ell-put reasoning, piquant personality and satire, freighted with a wealth of learned and apposite illustration, every one of which was subsidiary to the main purpose of the argument, it may safely challenge comparison with the great speeches of Burke, to whom the Massachusetts senator in the ripened vigor of his abilities and in his varied accomplishments bears no small similitude. . . . I cannot more than allude to the inspiring eloquence and lofty moral tone which characterized and ran throylvania by the throat, and called him a damned Republican puppy. New York Tribune, Feb. 6, 1858. In all Sumner said of Butler he fell below what had often occurred in the British Parliament and in Congress without the sequel of violence, as when Burke spoke of Hastings; or in controversies between Tristam Burges and John Randolph, Daniel Webster and D. S. Dickinson, Blaine and Conkling. Nor did Sumner's speech on the second day contain any elaborate criticism of South Carolina, but only a sin
Edward L. Pierce, Memoir and letters of Charles Sumner: volume 3, Chapter 41: search for health.—journey to Europe.—continued disability.—1857-1858. (search)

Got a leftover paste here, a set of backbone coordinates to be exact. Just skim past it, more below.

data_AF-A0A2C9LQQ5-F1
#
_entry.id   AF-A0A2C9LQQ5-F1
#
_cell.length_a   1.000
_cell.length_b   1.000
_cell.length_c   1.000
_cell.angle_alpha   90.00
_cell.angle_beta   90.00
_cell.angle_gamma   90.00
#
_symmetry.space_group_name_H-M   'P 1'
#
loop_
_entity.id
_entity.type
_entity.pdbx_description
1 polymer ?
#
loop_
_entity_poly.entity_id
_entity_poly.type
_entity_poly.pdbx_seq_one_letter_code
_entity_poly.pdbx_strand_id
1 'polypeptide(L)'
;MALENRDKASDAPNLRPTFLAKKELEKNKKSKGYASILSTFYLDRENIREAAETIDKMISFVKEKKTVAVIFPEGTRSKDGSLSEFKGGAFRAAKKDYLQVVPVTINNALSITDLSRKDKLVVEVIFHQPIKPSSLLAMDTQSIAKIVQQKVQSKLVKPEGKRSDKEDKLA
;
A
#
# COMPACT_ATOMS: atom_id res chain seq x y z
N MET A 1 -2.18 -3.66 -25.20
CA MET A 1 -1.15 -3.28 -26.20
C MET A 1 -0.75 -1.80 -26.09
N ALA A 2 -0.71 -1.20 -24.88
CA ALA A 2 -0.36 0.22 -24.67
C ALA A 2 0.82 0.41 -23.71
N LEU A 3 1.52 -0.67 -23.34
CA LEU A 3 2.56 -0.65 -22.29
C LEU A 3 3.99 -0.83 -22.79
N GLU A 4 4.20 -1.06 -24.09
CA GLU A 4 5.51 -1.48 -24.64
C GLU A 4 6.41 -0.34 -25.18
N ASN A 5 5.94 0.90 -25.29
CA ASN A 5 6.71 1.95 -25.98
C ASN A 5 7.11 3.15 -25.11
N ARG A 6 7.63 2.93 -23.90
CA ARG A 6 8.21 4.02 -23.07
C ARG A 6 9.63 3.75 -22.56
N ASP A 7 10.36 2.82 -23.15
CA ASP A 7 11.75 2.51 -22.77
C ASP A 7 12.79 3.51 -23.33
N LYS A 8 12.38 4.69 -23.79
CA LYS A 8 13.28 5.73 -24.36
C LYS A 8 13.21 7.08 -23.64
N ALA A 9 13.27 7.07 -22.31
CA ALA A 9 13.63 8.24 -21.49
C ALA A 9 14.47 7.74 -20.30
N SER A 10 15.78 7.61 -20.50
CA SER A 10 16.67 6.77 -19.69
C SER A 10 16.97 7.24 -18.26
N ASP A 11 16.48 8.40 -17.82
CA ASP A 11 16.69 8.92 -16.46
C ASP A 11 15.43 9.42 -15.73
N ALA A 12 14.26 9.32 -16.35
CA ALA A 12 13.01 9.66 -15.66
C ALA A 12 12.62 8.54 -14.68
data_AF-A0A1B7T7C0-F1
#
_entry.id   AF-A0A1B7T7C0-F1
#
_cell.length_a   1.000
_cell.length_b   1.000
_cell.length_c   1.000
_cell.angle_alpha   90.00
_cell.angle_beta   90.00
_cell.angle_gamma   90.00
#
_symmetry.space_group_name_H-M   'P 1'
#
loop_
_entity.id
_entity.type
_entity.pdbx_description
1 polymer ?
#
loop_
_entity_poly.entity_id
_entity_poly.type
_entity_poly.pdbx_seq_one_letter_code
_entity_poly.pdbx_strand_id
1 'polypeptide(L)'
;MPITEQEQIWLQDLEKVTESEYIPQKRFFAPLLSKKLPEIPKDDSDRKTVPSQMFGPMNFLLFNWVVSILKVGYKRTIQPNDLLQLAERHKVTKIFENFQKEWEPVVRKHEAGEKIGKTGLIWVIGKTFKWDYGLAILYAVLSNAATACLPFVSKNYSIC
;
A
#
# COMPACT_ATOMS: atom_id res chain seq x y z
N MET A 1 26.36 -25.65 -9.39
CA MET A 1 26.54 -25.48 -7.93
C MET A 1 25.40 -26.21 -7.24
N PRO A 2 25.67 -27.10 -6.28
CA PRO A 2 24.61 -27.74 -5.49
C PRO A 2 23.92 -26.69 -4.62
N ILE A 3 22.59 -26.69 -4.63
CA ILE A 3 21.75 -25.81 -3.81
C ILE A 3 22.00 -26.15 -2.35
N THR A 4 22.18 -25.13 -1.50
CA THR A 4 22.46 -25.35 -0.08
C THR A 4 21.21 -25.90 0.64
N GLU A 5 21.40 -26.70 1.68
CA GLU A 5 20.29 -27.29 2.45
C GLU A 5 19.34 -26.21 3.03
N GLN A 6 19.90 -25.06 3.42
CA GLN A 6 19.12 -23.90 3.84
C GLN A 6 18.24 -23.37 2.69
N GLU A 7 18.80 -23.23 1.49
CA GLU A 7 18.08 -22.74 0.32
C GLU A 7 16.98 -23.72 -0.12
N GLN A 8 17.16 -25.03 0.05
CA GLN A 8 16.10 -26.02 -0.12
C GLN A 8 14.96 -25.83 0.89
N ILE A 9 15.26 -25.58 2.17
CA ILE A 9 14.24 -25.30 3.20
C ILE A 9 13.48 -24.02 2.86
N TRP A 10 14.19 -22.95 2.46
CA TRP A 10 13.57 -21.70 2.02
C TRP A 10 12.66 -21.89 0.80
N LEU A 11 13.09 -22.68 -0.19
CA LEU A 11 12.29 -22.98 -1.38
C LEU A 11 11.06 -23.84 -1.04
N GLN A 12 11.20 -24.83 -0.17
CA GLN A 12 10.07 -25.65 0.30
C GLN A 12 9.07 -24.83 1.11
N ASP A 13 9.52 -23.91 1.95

the Queen's Hotel for the night. October 26. Took the early fast train at Glasgow, and reached Penrith at one o'clock, to visit Lord Brougham. His carriage was waiting for me at the station and took me to the Hall; lunched; walked in the grounds with him; then drove with Lady B. through Lowther Park; dinner; several guests; in the evening conversation; among the curiosities here was a cast from the face of Pitt after his death. Brougham gave Sumner at this visit a colored print of Edmund Burke as a youth,—a copy of a picture by Sir Joshua Reynolds. It is now in the Art Museum of Boston. October 27. Left Brougham Hall at eight o'clock by train to visit W. E. Forster at Wharfeside, Buriey, near Leeds; reached him in the afternoon. His wife is the eldest daughter of Dr. Arnold. In the evening at dinner was Mr. Edward Baines 1800-1890. of the Leeds Mercury. October 28. At breakfast several guests. Left Wharfeside at eleven o'clock, accompanied by Mr. Forster, to Leeds